A month has passed since the catastrophic wildfire, deemed the deadliest in over a century, flattened the historic Hawaiian town of Lahaina. Governor Josh Green recently announced a reduction in the number of people missing from the disaster, with the count standing currently at 66. The unfortunate death toll is still fixed at 115, with plans in the pipeline for authorities to facilitate residents’ visits to their properties soon.
Significant financial aid is set to roll out, amounting to tens of millions of dollars, aimed at helping beleaguered families and businesses rise from the ashes. Travel bans will lift from October 8, opening once more the gateway to West Maui for visitors.
“Supporting Maui’s economy and ensuring the employment of our people will expedite their emotional healing, while allowing them to sustain life on Maui,” stated Governor Green.
Contributions have been flowing in from global benefactors, landing within the coffers of entities like the American Red Cross, the Hawaii Community Foundation, and the Maui United Way, thereby amplifying the power of their collective charity. Green confirmed his authorization of an additional USD 100 million from the federal Temporary Assistance for Needy Families program. Furthermore, an additional USD 25 million is earmarked to bolster businesses, proposed to be doled out in grants ranging from USD 10,000 to USD 20,000.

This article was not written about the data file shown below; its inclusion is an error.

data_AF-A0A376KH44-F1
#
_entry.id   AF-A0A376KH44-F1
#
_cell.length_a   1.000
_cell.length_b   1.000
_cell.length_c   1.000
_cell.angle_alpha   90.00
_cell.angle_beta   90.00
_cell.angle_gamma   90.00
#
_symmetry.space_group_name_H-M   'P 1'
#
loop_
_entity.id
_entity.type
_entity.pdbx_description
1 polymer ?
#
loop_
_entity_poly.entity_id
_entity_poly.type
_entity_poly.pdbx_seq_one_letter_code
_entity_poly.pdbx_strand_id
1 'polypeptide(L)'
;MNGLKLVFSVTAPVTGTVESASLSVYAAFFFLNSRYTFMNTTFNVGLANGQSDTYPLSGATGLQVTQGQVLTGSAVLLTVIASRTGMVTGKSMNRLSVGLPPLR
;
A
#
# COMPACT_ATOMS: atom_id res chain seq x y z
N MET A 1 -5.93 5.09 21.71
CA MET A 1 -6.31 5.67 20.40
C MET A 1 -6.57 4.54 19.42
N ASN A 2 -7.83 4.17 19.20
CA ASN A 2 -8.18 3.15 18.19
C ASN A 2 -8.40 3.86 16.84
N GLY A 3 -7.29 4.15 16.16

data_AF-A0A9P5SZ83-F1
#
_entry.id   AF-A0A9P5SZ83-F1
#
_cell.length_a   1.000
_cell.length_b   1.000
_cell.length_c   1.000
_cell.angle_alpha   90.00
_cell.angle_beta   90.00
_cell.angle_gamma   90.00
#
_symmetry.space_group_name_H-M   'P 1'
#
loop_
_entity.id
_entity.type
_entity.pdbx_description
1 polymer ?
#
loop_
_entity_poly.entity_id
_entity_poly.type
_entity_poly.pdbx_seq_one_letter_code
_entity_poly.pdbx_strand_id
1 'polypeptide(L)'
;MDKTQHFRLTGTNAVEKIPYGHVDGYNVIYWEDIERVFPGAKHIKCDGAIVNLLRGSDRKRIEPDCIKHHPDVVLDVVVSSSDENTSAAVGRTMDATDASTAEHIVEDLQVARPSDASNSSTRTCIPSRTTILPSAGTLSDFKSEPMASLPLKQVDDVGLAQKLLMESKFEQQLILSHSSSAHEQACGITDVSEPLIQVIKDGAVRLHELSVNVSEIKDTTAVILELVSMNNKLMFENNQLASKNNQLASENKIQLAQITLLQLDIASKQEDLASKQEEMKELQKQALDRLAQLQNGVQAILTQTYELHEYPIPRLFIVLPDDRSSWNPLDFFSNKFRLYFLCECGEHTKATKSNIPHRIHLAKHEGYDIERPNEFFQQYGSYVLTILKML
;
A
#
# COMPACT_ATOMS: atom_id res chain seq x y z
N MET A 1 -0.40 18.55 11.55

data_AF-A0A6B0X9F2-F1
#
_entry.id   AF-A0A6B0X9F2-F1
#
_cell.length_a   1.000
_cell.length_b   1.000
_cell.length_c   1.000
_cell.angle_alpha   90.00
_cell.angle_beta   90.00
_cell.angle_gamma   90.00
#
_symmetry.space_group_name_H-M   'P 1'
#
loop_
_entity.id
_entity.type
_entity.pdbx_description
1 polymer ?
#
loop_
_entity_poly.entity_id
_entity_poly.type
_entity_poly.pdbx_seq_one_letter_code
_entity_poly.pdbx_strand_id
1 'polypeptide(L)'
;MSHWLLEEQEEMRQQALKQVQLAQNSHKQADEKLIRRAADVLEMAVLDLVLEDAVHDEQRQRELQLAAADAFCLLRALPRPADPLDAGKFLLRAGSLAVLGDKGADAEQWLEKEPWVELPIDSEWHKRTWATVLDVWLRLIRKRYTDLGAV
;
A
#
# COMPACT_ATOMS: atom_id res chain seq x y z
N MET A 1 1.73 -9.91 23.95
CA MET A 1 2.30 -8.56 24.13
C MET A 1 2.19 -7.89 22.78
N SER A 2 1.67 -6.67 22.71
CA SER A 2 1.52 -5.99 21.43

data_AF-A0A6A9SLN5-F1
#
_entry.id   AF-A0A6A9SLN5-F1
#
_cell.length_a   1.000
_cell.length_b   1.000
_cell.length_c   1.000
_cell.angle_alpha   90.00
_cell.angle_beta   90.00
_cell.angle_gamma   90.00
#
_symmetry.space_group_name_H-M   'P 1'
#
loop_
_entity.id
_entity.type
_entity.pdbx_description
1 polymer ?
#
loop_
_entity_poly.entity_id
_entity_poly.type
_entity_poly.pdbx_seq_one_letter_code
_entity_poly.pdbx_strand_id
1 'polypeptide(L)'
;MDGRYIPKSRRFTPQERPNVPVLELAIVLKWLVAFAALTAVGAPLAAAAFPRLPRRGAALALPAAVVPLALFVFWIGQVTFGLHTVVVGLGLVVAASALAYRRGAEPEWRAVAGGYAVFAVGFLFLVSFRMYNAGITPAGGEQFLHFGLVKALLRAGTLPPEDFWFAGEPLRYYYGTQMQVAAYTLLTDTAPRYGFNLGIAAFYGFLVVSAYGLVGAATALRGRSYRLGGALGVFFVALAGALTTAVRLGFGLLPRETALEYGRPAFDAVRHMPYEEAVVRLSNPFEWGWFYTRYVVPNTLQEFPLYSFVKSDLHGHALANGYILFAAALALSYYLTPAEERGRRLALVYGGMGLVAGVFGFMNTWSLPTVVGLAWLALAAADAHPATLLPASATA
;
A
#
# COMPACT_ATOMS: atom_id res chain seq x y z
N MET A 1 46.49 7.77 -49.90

The fire, which took root in the hills towering above the coastal town on August 8, soon fanned out its devastation. Engulfing stand-alone homes and large apartment buildings, charming city arteries, art hubs, and eateries, it razed more than 2000 structures. Seeking rescue from the menacing flames, scores of panic-stricken individuals sought sanctuary in the sea. Damages wrought by the blazing inferno are estimated to be around USD 5.5 billion.
The marked reduction in people still unaccounted for, at 66, offers a glimmer of hope when compared to the 385 reported missing the previous week. The names of 55 victims have been disclosed by Maui’s police department thus far, with individuals aged 70 and above comprising the majority, at 22, and 13 victims recorded in their 60s. Tragically, a child aged below ten also figures on this grim list.
As half of the victims still remain anonymous, Governor Green anticipates significant correspondence between the missing individuals list and recovered remains, thereby indicating a stable, albeit sorrowful, death toll.
Looking ahead, Green divulged plans for scheduling supervised visits for residents to reclaim their properties. However, he cautioned visitors to tread carefully around the toxic ashes in the aftermath of the inferno.